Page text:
Buchi Emecheta’s novel Naira Power
makes a brilliant insight into the African society.
The strangling traffic of Lagos, the kaleidoscopic nature of the African market place, the barbaric popular justice system of public torching of the accused, the filth and corruption amidst the rising affluence, and the love story of a reclusive housewife has endowed the novel with a unique sense of African reality. The narrative has been set in the form of an unrequited love story between a young man, who lost himself in the quick sands of “naira power”, the Nigerian term for the power of money; and a woman, but the very act of narrating emerges as an act of narrativizing the history of the African Islamic society from the point of view of the marginal entity of the woman.
Emecheta’s feminist alignment has made the novel a very rigorous representation of the condition of women in the African society. Nevertheless, her transnational status has endowed the narrative viewpoint of the first person narrator Aunty Bintu, who resembles Emecheta herself to a great extent, with a detached incisiveness of vision, which brings a double perspective into the novel. This double perspective, the transnational perspective of Aunty Bintu and the sub-altern perspective of Amina has made the novel the site of contest for several political voices of Africa.
Though gender remains the main area of emphasis in the novel, yet the novel delves into the complex labyrinth of post-colonial African politics as a whole. The novel is set in the post-independence Nigeria, which was booming with the new capitalist upsurge after petroleum was discovered in its river basins. The narrative which is mainly a rendition of Amina’s love story with Ramonu, the son of an orthodox muslim Lemonu, who got trapped in the miasma of third world capitalism that shares close quarters with the underworld, is occasioned by the public torching of Ramonu, revealing yet another horrific phenomenon of the new African society. The whole episode portrays how the capitalist upsurge in Africa is beleaguered by several medieval values.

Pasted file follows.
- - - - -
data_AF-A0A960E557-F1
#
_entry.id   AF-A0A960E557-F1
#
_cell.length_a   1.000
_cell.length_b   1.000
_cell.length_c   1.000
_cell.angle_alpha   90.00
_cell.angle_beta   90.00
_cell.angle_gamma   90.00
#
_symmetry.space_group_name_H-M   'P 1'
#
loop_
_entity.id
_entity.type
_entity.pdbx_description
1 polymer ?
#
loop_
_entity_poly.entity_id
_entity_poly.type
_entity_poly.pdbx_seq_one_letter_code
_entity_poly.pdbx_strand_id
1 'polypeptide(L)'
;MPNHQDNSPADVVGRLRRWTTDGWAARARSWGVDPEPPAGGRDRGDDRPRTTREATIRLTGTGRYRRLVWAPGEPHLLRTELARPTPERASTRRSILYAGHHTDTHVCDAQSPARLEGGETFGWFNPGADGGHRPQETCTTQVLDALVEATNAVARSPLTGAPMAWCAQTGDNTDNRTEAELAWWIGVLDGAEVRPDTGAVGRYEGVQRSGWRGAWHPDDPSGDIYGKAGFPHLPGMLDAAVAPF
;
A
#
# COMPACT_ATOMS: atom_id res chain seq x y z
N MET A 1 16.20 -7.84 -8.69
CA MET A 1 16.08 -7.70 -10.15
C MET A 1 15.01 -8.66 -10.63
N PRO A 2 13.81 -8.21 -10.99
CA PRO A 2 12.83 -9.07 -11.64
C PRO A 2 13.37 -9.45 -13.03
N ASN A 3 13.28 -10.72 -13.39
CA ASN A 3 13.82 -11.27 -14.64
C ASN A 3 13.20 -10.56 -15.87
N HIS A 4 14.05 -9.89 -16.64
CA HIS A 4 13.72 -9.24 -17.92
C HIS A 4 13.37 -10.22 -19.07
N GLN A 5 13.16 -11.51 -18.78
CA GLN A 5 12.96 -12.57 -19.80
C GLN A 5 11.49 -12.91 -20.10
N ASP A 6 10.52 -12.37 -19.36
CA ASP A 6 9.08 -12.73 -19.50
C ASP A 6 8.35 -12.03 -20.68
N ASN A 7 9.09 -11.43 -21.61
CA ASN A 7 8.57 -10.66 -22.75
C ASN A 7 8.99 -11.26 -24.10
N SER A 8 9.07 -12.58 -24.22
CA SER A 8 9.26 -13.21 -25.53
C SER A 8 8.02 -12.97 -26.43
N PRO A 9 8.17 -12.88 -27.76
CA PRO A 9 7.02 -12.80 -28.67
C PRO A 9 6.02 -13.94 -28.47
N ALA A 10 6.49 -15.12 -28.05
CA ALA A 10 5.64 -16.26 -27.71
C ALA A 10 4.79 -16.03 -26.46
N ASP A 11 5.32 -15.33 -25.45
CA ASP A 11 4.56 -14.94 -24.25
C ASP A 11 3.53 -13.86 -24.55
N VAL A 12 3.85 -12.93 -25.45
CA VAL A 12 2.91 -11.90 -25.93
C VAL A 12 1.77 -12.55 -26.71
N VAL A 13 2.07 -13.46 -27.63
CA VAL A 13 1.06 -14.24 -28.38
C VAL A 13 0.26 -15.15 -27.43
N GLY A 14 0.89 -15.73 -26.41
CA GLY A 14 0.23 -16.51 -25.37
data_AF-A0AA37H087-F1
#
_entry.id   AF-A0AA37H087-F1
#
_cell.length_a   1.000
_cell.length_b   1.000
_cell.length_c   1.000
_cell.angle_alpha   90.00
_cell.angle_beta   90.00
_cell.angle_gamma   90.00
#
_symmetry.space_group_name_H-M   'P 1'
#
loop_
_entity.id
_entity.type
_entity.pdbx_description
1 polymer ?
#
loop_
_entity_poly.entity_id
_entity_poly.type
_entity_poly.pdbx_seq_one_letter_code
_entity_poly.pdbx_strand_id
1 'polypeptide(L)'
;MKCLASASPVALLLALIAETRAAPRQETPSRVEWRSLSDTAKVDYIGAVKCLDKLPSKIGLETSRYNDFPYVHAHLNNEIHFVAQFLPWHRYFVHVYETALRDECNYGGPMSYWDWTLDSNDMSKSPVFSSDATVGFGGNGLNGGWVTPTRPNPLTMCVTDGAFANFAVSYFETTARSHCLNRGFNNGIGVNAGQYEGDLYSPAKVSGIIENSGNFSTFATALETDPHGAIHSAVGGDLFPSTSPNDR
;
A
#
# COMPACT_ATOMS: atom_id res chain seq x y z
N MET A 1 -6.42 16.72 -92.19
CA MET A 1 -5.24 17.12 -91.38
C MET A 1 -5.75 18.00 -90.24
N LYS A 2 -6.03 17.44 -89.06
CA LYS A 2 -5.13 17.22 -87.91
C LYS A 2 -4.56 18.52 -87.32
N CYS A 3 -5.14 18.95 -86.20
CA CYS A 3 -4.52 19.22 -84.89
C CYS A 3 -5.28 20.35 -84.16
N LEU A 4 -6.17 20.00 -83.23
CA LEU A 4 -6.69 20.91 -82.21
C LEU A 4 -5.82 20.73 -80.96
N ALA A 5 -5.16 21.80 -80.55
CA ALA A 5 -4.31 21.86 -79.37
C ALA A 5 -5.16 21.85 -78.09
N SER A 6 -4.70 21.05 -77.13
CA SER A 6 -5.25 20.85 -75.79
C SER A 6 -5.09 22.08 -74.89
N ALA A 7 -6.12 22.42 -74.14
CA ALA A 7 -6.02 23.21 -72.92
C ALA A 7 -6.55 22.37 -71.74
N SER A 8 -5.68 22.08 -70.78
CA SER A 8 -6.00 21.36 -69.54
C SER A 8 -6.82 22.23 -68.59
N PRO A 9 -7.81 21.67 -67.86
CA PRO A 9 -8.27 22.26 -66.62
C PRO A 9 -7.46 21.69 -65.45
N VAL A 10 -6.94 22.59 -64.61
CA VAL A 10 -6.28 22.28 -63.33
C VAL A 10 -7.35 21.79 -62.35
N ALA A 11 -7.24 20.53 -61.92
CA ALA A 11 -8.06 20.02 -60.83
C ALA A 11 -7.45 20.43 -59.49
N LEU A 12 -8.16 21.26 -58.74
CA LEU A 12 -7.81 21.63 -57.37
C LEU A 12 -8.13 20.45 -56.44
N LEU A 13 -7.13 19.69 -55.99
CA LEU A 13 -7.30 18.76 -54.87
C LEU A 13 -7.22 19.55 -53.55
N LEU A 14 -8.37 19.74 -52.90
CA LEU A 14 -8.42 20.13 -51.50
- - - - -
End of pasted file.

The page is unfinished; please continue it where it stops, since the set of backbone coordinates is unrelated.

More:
Third world capitalism is unique for its alliances with patriarchal, feudal and other pre-capitalist formations of society.
The commodity fetishism of the nouve riche of the post-oil boom Nigeria has been vividly described by the novel. The existence of primeval forms of social relationship amidst the increasing affluence represented by the traffic logged streets of Lagos depicts this nature of third world capitalism with great emphasis. The moribund nature of the human relationships is represented by Amina’s subversive attitude towards the authority of her husband Nurudeen.
The novel emerges with the possibility of a socio-historical document that not only traces the problems in the society but also unravels the root cause of these problems. It traces with acute sensitivity the trajectory of the transformation in the institution of male hegemony, the shift that has occurred in Nurudeen from his predecessor Alhaji Lemonu. Although, the novel does not foreground any radical social transformative agenda, yet it has projected certain subversive tactics that endows the women with certain forms of agency. Amina’s clandestine love affair and her tricksterly manner of deluding her husband about the lack of her virginity, reveals the potential of the subversive tactics fore grounded by the novel. Emecheta has forcefully established the fact that the problems of the women, as well as that of the society is directly related to the putrefied male chauvinism, which depends on the vestiges of the older customs and religious fundamentalism. On the other hand, Emecheta has also revealed the problems of transforming this society through the figure of Aunty Bintu, the emancipated western educated woman, who finds herself completely estranged from the conditions of the African society. Though the novel presents an overtly feminist point of view regarding the society, yet it depicts the multi faceted reality of the African society with a considerable rigour.